The Clair Field, situated to the west of Shetland, represents the largest hydrocarbon resource in the UKCS and Europe. It is comprised of fractured Devonian-Carboniferous sandstones that overlie an up-faulted ridge of fractured Precambrian metamorphic basement. The onshore, broadly extensional Orcadian Basin has long been used as an analogue for the Clair Field but it is possible that it formed in a somewhat different tectonic setting, as it lies in a separate basin to the west. On Shetland, evidence of abundant strike-slip events is preserved in both the basement and Devonian-age cover sequences and associated igneous rocks. Indeed, some of the known complexity in the sub-surface structures, and basement-cover relationships can be attributed to deformation associated with this phase of strike-slip tectonics. This suggests that they may have also played a significant role in the evolution of the Clair Basin during the Devonian-Carboniferous period.
Foula, a 13km2 island situated 25km SW of the Shetland Isles is possibly the best onshore analogue to the Clair Ridge which is the second phase development area for the Clair Field. Despite being only ~70km from the Clair Field, the island is relatively poorly studied with regards to its structural evolution. Some 1600m of Middle Devonian sandstones are spectacularly exposed in continuous, kilometre-long cliff sections up to 376m high. These rocks unconformably overlie likely Precambrian-age amphibolite facies basement gneisses and schists intruded by sheeted granites of uncertain age and affinity. Building on earlier studies carried out in the 1980’s, the initial results of an ongoing reappraisal of the structure, stratigraphy and tectonic evolution of the island and surrounding area will be presented. This is being achieved through detailed land-, sea- and aerial-(drone) based studies of exposed basement-cover contacts, and the structure and broad stratigraphic architecture of the overlying sandstone dominated sequences exposed in the continuous coastal sections. Samples of the basement have also been collected for radiometric dating using U-Pb geochronology.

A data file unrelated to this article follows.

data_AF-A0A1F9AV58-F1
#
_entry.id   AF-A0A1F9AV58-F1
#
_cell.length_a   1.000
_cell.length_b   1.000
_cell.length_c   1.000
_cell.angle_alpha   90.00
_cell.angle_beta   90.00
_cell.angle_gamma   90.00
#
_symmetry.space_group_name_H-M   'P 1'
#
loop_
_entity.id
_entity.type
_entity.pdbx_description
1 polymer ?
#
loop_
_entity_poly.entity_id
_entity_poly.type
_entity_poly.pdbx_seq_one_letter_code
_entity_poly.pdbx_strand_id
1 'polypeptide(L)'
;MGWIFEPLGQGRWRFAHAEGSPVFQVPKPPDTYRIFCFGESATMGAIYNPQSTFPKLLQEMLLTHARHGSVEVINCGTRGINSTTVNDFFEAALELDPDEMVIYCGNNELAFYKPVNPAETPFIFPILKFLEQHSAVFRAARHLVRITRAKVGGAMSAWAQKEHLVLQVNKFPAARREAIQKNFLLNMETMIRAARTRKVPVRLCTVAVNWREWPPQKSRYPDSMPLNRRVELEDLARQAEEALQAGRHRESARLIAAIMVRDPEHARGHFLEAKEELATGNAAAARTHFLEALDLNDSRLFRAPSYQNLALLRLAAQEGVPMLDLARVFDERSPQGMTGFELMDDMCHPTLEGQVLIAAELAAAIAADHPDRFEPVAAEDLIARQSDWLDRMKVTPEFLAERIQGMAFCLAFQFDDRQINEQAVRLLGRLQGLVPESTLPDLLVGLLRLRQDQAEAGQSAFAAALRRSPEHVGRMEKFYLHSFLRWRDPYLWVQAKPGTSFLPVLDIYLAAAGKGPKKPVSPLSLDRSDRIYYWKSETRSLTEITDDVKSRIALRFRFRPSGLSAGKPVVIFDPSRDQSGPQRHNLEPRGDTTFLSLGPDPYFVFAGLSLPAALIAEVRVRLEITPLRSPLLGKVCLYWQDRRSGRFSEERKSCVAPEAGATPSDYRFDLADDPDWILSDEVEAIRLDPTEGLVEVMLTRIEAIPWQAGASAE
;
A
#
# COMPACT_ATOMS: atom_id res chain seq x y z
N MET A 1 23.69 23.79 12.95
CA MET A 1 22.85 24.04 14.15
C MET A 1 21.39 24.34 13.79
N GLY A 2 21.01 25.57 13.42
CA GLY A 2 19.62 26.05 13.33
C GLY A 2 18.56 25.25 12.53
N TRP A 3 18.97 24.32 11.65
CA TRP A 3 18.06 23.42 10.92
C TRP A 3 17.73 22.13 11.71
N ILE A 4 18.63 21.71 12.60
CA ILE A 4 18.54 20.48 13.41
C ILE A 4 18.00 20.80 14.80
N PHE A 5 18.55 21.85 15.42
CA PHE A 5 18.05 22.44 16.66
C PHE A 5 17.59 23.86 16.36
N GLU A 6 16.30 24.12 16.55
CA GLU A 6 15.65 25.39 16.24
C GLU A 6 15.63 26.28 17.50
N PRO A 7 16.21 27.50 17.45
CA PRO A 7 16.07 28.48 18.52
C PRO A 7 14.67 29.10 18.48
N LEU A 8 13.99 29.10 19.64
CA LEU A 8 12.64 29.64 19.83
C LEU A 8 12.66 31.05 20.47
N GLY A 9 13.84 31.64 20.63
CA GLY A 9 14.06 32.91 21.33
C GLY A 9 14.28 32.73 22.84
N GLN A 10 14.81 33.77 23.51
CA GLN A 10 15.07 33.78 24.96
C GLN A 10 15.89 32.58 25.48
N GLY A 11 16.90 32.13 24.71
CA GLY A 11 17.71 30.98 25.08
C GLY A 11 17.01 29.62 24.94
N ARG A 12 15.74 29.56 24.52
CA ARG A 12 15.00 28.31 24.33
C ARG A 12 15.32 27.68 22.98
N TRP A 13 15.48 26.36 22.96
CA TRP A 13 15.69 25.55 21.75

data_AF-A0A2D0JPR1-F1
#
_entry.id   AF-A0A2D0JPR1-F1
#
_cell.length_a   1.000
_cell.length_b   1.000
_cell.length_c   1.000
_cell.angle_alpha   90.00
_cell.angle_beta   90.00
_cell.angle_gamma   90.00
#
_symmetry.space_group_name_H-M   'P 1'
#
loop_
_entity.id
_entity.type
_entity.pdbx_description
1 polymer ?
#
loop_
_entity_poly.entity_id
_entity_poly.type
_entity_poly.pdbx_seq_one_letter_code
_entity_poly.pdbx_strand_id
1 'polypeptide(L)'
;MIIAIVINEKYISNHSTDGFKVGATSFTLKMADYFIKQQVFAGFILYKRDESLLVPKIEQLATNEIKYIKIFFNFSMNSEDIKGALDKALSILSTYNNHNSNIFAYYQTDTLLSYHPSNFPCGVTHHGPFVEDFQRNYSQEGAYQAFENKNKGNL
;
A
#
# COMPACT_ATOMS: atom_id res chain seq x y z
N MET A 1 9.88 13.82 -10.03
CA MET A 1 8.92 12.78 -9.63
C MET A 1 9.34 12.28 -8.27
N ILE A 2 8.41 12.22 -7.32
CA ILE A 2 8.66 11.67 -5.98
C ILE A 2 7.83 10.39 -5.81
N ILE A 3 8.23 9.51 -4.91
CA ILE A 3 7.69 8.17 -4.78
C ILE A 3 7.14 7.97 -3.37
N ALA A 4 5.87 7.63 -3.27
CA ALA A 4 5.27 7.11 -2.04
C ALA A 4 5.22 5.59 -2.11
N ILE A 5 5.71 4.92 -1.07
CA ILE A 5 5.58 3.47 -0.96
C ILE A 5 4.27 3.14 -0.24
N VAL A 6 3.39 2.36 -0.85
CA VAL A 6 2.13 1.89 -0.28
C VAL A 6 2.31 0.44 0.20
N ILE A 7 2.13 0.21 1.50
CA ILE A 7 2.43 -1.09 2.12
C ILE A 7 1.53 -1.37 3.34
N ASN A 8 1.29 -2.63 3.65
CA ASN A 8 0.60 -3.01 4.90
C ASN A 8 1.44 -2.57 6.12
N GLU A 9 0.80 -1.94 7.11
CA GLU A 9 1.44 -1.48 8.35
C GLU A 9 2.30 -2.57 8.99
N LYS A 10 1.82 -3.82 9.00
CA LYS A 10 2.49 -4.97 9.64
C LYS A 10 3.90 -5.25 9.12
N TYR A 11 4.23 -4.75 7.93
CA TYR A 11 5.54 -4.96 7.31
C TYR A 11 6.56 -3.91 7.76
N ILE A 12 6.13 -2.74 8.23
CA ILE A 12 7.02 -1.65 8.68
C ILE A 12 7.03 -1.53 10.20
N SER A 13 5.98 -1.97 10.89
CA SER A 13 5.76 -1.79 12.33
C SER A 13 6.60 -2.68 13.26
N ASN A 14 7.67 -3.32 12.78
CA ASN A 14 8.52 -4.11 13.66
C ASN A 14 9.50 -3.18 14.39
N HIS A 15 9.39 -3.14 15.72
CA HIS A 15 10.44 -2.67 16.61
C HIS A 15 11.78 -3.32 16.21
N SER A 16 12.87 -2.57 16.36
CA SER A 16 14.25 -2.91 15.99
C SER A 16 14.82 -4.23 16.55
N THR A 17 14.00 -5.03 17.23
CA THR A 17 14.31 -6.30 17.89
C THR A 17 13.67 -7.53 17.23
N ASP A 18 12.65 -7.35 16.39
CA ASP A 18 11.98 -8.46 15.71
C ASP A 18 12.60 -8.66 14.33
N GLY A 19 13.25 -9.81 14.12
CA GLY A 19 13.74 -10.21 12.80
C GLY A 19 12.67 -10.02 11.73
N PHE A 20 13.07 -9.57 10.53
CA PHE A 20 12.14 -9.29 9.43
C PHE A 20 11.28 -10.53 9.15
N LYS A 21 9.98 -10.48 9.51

Fieldwork data will be presented, supplemented by the use of photogrammetry to capture the geology of key localities and analyse structures in difficult to access areas. 3D models of the stratigraphy and structure are being created for later use in modelling of stratigraphic architecture, fracture networks, numerical simulations of fluid flow, up-scaling and reservoir quality studies. These findings will be compared to previous analogue studies and applied to the current concepts and models which underpin the stratigraphic and structural architecture of the Clair field and the wider regional tectonic setting.